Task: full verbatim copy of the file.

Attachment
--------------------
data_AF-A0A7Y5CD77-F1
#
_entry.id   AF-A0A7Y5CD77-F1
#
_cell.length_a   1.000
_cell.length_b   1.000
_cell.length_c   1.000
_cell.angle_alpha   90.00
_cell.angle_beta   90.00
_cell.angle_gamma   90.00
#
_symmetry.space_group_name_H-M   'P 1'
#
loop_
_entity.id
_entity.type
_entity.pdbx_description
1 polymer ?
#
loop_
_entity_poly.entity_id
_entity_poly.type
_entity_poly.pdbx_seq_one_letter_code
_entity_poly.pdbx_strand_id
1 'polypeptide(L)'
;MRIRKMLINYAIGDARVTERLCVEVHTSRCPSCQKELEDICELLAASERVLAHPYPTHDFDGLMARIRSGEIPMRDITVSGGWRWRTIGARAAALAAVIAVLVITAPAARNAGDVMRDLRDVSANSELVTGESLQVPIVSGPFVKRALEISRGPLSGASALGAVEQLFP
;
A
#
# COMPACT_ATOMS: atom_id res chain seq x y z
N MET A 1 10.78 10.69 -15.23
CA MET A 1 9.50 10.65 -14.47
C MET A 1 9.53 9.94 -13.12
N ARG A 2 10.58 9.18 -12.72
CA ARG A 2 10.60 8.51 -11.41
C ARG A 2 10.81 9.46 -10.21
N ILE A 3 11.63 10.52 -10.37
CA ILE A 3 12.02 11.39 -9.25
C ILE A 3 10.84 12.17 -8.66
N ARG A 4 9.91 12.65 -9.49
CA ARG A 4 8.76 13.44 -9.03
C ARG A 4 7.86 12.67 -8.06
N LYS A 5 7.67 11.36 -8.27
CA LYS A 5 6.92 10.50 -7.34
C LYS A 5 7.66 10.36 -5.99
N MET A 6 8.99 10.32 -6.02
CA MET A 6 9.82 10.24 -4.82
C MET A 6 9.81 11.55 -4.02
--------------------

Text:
data_AF-A0A7Y5CD77-F1
#
_entry.id   AF-A0A7Y5CD77-F1
#
_cell.length_a   1.000
_cell.length_b   1.000
_cell.length_c   1.000
_cell.angle_alpha   90.00
_cell.angle_beta   90.00
_cell.angle_gamma   90.00
#
_symmetry.space_group_name_H-M   'P 1'
#
loop_
_entity.id
_entity.type
_entity.pdbx_description
1 polymer ?
#
loop_
_entity_poly.entity_id
_entity_poly.type
_entity_poly.pdbx_seq_one_letter_code
_entity_poly.pdbx_strand_id
1 'polypeptide(L)'
;MRIRKMLINYAIGDARVTERLCVEVHTSRCPSCQKELEDICELLAASERVLAHPYPTHDFDGLMARIRSGEIPMRDITVSGGWRWRTIGARAAALAAVIAVLVITAPAARNAGDVMRDLRDVSANSELVTGESLQVPIVSGPFVKRALEISRGPLSGASALGAVEQLFP
;
A
#
# COMPACT_ATOMS: atom_id res chain seq x y z
N MET A 1 10.78 10.69 -15.23
CA MET A 1 9.50 10.65 -14.47
C MET A 1 9.53 9.94 -13.12
N ARG A 2 10.58 9.18 -12.72
CA ARG A 2 10.60 8.51 -11.41
C ARG A 2 10.81 9.46 -10.21
N ILE A 3 11.63 10.52 -10.37
CA ILE A 3 12.02 11.39 -9.25
C ILE A 3 10.84 12.17 -8.66
N ARG A 4 9.91 12.65 -9.49
CA ARG A 4 8.76 13.44 -9.03
C ARG A 4 7.86 12.67 -8.06
N LYS A 5 7.67 11.36 -8.27
CA LYS A 5 6.92 10.50 -7.34
C LYS A 5 7.66 10.36 -5.99
N MET A 6 8.99 10.32 -6.02
CA MET A 6 9.82 10.24 -4.82
C MET A 6 9.81 11.55 -4.02